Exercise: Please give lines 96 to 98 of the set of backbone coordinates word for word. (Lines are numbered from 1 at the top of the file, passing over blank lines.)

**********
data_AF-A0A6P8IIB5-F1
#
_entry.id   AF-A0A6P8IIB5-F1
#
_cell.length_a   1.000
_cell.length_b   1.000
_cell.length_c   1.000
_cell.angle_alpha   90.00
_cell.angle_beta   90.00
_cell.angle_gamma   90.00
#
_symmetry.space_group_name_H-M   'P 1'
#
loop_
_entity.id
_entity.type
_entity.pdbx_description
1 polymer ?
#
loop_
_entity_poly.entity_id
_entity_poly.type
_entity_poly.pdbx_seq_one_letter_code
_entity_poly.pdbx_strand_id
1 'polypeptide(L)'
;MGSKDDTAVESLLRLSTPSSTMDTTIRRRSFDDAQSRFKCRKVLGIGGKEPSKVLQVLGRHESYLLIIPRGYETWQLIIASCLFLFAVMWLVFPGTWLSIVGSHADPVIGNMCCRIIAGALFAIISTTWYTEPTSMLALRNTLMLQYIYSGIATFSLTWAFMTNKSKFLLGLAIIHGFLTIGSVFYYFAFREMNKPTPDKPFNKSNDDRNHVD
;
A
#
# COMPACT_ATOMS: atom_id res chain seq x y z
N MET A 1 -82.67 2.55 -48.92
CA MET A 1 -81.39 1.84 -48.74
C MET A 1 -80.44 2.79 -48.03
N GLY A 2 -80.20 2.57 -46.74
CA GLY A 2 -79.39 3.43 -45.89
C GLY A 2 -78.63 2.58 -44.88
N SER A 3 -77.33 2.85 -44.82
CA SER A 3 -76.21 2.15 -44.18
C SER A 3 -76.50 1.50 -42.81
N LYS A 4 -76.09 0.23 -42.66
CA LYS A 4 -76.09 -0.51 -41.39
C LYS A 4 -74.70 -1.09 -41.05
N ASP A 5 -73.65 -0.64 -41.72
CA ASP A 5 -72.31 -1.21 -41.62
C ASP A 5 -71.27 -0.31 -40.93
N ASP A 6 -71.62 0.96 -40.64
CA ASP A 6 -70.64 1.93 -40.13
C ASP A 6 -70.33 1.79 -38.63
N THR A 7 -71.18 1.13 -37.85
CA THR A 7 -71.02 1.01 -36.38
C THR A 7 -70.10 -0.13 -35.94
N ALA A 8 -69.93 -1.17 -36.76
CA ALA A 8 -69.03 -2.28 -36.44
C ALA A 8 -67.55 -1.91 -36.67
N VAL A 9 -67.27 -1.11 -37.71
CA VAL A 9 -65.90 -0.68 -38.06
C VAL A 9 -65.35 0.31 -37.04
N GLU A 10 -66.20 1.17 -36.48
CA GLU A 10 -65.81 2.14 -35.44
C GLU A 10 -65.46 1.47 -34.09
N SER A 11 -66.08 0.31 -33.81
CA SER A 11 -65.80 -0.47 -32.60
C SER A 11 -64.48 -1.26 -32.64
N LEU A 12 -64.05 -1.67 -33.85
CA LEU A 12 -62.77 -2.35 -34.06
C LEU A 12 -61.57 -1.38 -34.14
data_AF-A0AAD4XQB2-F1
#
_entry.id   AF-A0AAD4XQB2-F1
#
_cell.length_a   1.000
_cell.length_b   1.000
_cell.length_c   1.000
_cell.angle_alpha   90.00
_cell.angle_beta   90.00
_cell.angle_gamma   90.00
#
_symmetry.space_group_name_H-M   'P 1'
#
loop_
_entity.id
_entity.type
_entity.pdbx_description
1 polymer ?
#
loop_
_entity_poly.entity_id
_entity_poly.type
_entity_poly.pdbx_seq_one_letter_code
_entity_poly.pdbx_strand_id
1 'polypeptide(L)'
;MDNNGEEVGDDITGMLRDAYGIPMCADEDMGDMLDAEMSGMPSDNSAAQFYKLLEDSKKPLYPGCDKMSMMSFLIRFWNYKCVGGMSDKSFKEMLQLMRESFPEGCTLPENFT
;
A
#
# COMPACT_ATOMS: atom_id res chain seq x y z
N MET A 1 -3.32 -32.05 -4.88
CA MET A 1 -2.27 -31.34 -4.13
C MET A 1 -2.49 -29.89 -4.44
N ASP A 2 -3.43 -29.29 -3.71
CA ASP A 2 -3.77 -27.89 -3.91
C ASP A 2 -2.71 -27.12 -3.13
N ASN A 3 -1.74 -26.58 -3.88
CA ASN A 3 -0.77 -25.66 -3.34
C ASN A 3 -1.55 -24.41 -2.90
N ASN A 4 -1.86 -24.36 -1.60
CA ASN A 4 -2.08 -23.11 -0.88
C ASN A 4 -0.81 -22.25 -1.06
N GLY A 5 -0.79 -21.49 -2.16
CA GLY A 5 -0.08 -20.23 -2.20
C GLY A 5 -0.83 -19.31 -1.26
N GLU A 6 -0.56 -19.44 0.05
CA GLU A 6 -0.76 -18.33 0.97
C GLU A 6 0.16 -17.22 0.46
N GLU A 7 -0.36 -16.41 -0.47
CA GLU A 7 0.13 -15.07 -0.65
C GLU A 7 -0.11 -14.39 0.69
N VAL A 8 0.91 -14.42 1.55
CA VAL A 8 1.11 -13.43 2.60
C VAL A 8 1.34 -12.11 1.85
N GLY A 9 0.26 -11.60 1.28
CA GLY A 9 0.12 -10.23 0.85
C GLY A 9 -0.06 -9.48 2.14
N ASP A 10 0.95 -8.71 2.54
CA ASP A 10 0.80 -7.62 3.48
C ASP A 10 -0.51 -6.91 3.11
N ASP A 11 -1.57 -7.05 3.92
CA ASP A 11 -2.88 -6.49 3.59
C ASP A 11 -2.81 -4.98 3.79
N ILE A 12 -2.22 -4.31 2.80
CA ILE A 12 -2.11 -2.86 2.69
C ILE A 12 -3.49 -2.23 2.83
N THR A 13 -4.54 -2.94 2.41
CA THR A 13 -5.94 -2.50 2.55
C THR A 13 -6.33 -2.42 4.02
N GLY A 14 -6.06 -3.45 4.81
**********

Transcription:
# COMPACT_ATOMS: atom_id res chain seq x y z
N MET A 1 -3.32 -32.05 -4.88
CA MET A 1 -2.27 -31.34 -4.13